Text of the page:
2 Oct 2015

Kiribati meeting to make plan for climate migrants

11:15 am on 2 October 2015

The small atoll countries in the Pacific and around the world are aiming to develop a plan on how to cope with people forced to move by climate change.

A high tide across Ejit Island in Majuro Atoll, Marshall Islands on March 3, 2014, causing widespread flooding. Officials in the Marshall Islands blamed climate change for severe flooding in the Pacific nation's capital Majuro.

Flooding caused by huge spring tides which Marshall Islands officials have blamed on climate change. Photo: AFP

Kiribati will next week host a summit that will also involve the Marshall Islands, Tuvalu, the Maldives, Tokelau and others, brought together under the aegis of the Prince Albert of Monaco Foundation.

The Kiribati Government says the 'High Level Meeting on Climate Induced Migration' is about the countries affected taking action.

The Kiribati Secretary of Foreign Affairs, Akka Rimon, says sea level rise is happening and becoming more severe, and the atoll states want to ensure climate induced migrants are catered for in a dignified way.

"And this is one of them, just getting together, getting the help of UN agencies who have also done some messages on this topic and then for them to say this is what is possible. This is how we can help and this is how you can help yourself."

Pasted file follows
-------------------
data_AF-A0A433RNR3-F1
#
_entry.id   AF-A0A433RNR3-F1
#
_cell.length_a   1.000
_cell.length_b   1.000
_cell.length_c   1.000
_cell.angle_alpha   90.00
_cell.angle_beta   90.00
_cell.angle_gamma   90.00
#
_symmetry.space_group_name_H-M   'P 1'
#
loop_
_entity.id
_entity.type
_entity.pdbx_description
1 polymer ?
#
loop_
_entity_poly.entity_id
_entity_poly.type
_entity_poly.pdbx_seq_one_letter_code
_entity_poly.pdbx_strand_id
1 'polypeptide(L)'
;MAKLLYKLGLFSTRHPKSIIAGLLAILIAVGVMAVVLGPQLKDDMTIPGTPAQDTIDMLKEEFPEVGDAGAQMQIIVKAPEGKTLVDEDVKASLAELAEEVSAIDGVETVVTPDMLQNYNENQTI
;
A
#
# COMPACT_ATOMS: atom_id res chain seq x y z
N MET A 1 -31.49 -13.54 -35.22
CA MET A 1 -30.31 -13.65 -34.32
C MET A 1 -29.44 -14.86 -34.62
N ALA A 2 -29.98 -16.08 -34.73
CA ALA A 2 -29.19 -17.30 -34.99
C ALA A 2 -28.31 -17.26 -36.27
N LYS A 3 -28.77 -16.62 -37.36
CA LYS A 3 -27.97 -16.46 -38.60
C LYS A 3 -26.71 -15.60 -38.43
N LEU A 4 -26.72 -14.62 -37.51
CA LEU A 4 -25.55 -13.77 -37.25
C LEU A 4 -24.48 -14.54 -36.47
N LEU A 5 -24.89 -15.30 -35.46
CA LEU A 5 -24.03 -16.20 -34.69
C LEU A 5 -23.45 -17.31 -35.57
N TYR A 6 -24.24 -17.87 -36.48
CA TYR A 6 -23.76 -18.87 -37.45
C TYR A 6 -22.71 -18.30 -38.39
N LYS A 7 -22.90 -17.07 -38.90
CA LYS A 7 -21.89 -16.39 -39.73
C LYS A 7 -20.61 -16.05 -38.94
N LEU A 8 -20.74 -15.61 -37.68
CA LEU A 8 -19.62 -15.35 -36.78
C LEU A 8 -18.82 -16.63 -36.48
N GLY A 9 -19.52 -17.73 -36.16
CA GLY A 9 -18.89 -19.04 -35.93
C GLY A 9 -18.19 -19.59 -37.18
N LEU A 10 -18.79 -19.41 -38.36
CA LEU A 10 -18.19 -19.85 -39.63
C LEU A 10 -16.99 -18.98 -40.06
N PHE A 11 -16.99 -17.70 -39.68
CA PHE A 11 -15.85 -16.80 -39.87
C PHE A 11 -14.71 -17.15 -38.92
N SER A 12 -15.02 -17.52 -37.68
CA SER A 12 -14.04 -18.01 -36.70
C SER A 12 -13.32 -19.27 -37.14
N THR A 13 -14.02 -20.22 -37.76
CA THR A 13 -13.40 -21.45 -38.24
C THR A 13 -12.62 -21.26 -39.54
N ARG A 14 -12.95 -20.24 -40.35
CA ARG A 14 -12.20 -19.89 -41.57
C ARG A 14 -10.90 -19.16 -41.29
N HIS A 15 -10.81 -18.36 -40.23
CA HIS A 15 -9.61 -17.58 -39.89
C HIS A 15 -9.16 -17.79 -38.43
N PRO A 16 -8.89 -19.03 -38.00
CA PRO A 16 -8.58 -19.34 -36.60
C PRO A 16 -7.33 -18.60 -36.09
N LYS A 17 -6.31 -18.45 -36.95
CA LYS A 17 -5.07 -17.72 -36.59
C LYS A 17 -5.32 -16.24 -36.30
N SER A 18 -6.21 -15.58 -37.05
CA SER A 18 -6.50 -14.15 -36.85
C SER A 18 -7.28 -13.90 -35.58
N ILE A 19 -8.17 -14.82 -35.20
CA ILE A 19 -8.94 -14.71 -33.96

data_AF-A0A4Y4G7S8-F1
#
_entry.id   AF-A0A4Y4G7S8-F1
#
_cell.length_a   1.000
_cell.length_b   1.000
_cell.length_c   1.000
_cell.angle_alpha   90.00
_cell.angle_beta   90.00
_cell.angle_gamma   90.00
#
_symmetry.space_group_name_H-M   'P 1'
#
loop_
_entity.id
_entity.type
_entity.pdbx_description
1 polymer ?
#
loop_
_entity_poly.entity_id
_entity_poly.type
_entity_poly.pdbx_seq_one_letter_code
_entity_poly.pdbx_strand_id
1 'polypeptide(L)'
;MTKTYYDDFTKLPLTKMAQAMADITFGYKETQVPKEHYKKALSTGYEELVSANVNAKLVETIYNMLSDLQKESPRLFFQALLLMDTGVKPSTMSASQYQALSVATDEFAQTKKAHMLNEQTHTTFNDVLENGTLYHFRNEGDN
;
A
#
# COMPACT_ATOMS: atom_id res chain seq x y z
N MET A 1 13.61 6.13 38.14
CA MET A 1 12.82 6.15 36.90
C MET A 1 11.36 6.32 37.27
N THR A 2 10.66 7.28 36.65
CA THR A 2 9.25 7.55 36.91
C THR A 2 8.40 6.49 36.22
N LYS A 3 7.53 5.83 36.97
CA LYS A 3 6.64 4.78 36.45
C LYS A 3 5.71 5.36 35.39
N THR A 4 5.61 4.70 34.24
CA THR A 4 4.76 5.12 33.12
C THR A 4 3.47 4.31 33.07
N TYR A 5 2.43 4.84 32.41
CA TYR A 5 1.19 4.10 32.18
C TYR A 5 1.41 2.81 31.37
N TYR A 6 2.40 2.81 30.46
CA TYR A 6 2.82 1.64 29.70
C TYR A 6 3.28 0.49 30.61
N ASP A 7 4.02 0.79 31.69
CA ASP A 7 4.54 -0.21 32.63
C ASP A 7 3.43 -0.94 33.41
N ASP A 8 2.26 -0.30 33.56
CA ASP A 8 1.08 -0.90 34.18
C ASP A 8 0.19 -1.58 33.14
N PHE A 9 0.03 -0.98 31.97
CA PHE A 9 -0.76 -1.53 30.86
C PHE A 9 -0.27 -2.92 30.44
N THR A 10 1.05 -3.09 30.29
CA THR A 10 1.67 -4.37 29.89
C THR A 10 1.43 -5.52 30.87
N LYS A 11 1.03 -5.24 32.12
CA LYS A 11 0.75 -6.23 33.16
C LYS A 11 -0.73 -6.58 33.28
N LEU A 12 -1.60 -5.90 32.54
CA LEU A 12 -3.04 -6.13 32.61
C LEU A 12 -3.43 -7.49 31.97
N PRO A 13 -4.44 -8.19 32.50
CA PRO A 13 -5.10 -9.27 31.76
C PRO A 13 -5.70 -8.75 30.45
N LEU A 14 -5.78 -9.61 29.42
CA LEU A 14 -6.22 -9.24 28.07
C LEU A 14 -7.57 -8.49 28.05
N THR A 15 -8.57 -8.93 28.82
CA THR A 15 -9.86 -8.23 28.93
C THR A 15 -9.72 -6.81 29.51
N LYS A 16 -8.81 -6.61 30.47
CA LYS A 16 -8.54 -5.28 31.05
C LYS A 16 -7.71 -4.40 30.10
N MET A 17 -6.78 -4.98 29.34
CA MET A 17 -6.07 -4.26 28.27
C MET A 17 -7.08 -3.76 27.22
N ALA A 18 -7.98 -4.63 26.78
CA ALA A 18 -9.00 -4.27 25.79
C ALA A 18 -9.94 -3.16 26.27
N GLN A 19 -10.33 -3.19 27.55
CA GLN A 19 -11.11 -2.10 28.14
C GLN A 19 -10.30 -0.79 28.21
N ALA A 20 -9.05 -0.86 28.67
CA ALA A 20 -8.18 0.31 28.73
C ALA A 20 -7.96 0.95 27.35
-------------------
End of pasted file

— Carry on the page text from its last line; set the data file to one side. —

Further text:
Ms Rimon says citizens in the frontline climate change states are demanding to know how their governments will look after them.

"Because it concerns not only the integrity of our islands but the future of our people, and our children and how do we go about this if we are to inform our people of the future that we want to create for them. What do we do from now and I guess this is part of the gradual process of preparation."

High tides in Kili Island, Marshall Islands, February 2015.

High tides in Kili Island, Marshall Islands, February 2015. Photo: Kili/Bikini/Ejit Local Government Marshall Islands

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